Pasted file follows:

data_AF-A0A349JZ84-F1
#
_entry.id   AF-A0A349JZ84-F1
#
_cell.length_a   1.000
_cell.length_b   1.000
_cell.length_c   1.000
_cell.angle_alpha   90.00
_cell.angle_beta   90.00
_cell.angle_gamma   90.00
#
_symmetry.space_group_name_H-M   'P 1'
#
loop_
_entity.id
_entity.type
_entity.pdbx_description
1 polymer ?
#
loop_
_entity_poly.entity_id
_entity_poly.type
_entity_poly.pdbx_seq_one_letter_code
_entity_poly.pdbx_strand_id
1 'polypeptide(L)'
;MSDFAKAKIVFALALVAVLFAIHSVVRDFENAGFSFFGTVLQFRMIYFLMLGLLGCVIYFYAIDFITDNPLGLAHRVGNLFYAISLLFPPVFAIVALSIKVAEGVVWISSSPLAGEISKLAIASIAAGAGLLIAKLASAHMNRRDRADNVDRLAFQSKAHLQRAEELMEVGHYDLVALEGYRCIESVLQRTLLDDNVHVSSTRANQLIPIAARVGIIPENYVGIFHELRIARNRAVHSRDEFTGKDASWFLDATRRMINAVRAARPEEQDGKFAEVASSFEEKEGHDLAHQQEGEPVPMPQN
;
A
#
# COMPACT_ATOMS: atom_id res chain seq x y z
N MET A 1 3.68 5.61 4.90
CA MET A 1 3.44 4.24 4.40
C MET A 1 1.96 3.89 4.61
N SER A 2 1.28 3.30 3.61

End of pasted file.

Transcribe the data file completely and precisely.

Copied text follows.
data_AF-A0A349JZ84-F1
#
_entry.id   AF-A0A349JZ84-F1
#
_cell.length_a   1.000
_cell.length_b   1.000
_cell.length_c   1.000
_cell.angle_alpha   90.00
_cell.angle_beta   90.00
_cell.angle_gamma   90.00
#
_symmetry.space_group_name_H-M   'P 1'
#
loop_
_entity.id
_entity.type
_entity.pdbx_description
1 polymer ?
#
loop_
_entity_poly.entity_id
_entity_poly.type
_entity_poly.pdbx_seq_one_letter_code
_entity_poly.pdbx_strand_id
1 'polypeptide(L)'
;MSDFAKAKIVFALALVAVLFAIHSVVRDFENAGFSFFGTVLQFRMIYFLMLGLLGCVIYFYAIDFITDNPLGLAHRVGNLFYAISLLFPPVFAIVALSIKVAEGVVWISSSPLAGEISKLAIASIAAGAGLLIAKLASAHMNRRDRADNVDRLAFQSKAHLQRAEELMEVGHYDLVALEGYRCIESVLQRTLLDDNVHVSSTRANQLIPIAARVGIIPENYVGIFHELRIARNRAVHSRDEFTGKDASWFLDATRRMINAVRAARPEEQDGKFAEVASSFEEKEGHDLAHQQEGEPVPMPQN
;
A
#
# COMPACT_ATOMS: atom_id res chain seq x y z
N MET A 1 3.68 5.61 4.90
CA MET A 1 3.44 4.24 4.40
C MET A 1 1.96 3.89 4.61
N SER A 2 1.28 3.30 3.61